Governor, history is profuse in narrating epic episodes in that a handful of dudes defended a post from the assault of a zillion foes.
We know of some that would put Leonidas far back in the queue for the Guiness
. I gather that, the difference between facts and myth often resides in the ratio of combatants allegedly registered in either side.
The ammo business ...
Grapeshot and shrapnell were both (also) used in the Peninsular war, together with canister, which curiously we call lanternetas (small lanterns). Wellington was not fond of shrapnell, which he personally checked that its effect wasn't lethal enough; plenty wounds but ... not deadly as should. He saw General Simon being hit by shrapnell in his face and head; the bullets were removed like it is done when one accidently gets hit by birth shot in the face whilst duck hunting (SIC); not actually seriously wounded. When he heard that in Badajoz they used such grenades with the 24 pounders as a solution, he ordered that cannons of equal caliber were loaded with musket balls, to obviate such system flaws and ensure that the wounds did in fact incapacitate the ones that received them.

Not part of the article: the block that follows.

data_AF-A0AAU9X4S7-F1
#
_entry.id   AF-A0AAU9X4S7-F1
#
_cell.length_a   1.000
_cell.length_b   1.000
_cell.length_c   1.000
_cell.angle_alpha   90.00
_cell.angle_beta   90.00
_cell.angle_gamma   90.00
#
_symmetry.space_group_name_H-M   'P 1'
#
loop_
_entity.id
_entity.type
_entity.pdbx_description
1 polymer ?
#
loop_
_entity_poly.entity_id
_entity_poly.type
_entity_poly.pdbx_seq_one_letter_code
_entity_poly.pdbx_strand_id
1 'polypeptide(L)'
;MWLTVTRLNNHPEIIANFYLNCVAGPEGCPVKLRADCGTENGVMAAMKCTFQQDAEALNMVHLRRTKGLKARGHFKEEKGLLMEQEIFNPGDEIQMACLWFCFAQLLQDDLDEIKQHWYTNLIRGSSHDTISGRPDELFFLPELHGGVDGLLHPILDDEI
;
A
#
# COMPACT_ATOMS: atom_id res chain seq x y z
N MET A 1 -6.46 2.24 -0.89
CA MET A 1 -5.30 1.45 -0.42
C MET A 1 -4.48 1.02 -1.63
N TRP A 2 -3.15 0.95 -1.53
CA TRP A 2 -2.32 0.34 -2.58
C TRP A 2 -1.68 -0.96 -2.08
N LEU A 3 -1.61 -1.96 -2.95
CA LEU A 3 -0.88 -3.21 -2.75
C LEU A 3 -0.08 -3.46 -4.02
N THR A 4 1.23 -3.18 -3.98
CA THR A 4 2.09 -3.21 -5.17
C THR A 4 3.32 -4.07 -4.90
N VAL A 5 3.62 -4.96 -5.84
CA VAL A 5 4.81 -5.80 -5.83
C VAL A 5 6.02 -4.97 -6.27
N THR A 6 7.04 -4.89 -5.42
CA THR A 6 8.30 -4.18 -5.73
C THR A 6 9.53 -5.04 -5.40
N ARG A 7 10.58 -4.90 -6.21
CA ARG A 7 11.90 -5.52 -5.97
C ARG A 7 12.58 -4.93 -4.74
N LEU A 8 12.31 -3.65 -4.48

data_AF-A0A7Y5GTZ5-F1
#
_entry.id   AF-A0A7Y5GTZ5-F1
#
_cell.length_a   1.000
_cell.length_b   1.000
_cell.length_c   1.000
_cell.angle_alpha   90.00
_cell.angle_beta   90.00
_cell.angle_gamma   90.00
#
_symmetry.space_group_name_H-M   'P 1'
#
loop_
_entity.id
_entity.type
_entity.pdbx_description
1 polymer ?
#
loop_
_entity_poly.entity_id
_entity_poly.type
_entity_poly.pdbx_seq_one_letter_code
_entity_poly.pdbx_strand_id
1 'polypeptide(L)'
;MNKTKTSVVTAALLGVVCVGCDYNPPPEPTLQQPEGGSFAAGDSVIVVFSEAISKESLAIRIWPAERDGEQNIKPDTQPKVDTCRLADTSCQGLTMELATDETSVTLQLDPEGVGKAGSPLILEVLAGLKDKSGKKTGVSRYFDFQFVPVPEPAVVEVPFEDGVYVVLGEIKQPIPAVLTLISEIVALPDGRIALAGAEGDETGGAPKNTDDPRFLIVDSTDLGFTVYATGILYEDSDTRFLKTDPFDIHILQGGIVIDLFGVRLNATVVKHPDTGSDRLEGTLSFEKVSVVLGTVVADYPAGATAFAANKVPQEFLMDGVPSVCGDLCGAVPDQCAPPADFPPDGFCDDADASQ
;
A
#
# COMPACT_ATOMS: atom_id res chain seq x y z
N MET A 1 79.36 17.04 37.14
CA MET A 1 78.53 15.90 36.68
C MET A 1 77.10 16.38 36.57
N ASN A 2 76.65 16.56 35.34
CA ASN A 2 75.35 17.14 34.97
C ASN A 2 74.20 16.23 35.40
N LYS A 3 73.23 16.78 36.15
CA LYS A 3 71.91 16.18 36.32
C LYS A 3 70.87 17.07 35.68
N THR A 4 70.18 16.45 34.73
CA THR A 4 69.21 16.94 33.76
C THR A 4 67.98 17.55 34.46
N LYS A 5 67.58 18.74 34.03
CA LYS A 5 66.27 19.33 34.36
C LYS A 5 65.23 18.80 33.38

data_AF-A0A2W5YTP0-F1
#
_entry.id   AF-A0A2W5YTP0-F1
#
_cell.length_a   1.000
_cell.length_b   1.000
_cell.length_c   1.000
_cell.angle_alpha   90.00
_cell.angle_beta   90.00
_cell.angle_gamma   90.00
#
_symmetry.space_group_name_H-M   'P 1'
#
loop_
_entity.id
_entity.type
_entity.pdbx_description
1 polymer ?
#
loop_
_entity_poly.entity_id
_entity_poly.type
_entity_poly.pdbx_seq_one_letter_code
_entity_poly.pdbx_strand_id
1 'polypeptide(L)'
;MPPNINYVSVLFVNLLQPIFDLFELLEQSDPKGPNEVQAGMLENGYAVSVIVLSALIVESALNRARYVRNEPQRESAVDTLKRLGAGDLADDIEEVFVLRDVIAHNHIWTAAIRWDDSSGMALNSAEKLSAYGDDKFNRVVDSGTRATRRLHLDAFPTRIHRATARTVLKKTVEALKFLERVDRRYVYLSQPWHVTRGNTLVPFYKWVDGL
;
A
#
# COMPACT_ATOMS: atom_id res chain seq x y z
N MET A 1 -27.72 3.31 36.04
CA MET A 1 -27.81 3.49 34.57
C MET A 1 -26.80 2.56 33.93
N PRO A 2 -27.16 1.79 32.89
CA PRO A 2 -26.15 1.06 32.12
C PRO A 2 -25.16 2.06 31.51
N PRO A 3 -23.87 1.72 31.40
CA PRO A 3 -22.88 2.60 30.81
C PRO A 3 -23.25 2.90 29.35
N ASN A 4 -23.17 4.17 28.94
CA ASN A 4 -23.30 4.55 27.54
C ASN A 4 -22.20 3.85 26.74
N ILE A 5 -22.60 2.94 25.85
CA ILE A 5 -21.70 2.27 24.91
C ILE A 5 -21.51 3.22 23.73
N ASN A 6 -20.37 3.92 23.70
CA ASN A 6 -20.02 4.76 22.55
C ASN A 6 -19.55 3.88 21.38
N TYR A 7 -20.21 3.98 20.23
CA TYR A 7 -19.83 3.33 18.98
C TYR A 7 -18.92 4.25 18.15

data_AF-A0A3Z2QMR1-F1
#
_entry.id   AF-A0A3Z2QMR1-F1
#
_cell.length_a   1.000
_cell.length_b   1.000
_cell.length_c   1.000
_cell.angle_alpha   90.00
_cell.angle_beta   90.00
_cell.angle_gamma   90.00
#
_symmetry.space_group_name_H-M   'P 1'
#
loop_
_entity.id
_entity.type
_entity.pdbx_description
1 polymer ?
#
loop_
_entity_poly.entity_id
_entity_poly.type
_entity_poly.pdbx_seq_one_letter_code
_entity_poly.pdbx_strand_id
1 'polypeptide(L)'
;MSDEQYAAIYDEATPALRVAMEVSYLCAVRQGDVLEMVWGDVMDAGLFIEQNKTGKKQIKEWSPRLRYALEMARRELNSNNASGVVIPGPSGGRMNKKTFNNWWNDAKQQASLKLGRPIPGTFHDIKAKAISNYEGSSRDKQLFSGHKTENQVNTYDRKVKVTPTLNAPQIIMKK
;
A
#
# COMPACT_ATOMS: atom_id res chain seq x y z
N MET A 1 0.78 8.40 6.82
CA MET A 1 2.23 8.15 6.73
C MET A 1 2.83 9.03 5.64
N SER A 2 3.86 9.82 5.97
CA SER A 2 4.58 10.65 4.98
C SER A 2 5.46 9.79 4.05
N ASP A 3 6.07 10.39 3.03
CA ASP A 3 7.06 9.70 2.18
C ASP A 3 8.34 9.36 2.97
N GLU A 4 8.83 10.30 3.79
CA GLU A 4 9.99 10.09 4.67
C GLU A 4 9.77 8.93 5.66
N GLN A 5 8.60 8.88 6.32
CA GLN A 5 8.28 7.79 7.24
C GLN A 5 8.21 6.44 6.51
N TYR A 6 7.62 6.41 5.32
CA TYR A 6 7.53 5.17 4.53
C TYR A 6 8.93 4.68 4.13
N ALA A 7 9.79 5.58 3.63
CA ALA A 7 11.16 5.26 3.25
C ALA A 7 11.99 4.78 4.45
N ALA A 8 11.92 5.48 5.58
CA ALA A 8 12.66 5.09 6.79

One not so talked about apparatus that became a latter occasional addition (1823-1814) in this war was the explosive rocket, invented by Baronet Sir William Congreve.